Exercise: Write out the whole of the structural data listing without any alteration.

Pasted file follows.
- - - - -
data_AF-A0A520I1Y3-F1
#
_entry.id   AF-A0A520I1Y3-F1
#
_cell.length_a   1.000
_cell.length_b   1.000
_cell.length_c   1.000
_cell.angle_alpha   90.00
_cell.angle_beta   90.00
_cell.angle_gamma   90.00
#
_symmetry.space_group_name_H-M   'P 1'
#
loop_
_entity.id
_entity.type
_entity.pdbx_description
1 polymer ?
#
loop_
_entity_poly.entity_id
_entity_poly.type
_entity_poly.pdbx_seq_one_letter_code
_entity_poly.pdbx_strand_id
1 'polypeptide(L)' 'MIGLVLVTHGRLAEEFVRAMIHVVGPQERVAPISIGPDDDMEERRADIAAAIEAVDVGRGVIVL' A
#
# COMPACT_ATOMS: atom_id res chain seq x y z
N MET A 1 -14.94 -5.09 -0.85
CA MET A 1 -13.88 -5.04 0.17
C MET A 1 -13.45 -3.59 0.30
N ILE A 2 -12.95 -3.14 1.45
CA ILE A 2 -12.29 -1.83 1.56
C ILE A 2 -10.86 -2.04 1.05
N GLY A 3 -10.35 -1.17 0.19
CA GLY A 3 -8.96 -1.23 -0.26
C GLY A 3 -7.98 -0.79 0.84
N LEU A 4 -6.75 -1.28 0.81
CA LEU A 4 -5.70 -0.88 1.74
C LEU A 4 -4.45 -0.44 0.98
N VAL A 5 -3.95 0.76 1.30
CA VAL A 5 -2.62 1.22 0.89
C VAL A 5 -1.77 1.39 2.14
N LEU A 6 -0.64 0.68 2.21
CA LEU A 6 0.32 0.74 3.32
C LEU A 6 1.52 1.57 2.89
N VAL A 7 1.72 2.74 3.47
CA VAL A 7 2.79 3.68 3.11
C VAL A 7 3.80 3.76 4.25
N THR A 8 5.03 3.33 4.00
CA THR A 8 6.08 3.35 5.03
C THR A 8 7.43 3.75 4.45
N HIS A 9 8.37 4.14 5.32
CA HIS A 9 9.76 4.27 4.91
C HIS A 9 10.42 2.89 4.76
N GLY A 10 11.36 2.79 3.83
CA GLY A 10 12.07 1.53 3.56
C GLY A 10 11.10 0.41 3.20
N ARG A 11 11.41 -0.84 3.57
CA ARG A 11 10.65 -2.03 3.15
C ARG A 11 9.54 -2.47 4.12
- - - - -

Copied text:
data_AF-A0A520I1Y3-F1
#
_entry.id   AF-A0A520I1Y3-F1
#
_cell.length_a   1.000
_cell.length_b   1.000
_cell.length_c   1.000
_cell.angle_alpha   90.00
_cell.angle_beta   90.00
_cell.angle_gamma   90.00
#
_symmetry.space_group_name_H-M   'P 1'
#
loop_
_entity.id
_entity.type
_entity.pdbx_description
1 polymer ?
#
loop_
_entity_poly.entity_id
_entity_poly.type
_entity_poly.pdbx_seq_one_letter_code
_entity_poly.pdbx_strand_id
1 'polypeptide(L)' 'MIGLVLVTHGRLAEEFVRAMIHVVGPQERVAPISIGPDDDMEERRADIAAAIEAVDVGRGVIVL' A
#
# COMPACT_ATOMS: atom_id res chain seq x y z
N MET A 1 -14.94 -5.09 -0.85
CA MET A 1 -13.88 -5.04 0.17
C MET A 1 -13.45 -3.59 0.30
N ILE A 2 -12.95 -3.14 1.45
CA ILE A 2 -12.29 -1.83 1.56
C ILE A 2 -10.86 -2.04 1.05
N GLY A 3 -10.35 -1.17 0.19
CA GLY A 3 -8.96 -1.23 -0.26
C GLY A 3 -7.98 -0.79 0.84
N LEU A 4 -6.75 -1.28 0.81
CA LEU A 4 -5.70 -0.88 1.74
C LEU A 4 -4.45 -0.44 0.98
N VAL A 5 -3.95 0.76 1.30
CA VAL A 5 -2.62 1.22 0.89
C VAL A 5 -1.77 1.39 2.14
N LEU A 6 -0.64 0.68 2.21
CA LEU A 6 0.32 0.74 3.32
C LEU A 6 1.52 1.57 2.89
N VAL A 7 1.72 2.74 3.47
CA VAL A 7 2.79 3.68 3.11
C VAL A 7 3.80 3.76 4.25
N THR A 8 5.03 3.33 4.00
CA THR A 8 6.08 3.35 5.03
C THR A 8 7.43 3.75 4.45
N HIS A 9 8.37 4.14 5.32
CA HIS A 9 9.76 4.27 4.91
C HIS A 9 10.42 2.89 4.76
N GLY A 10 11.36 2.79 3.83
CA GLY A 10 12.07 1.53 3.56
C GLY A 10 11.10 0.41 3.20
N ARG A 11 11.41 -0.84 3.57
CA ARG A 11 10.65 -2.03 3.15
C ARG A 11 9.54 -2.47 4.12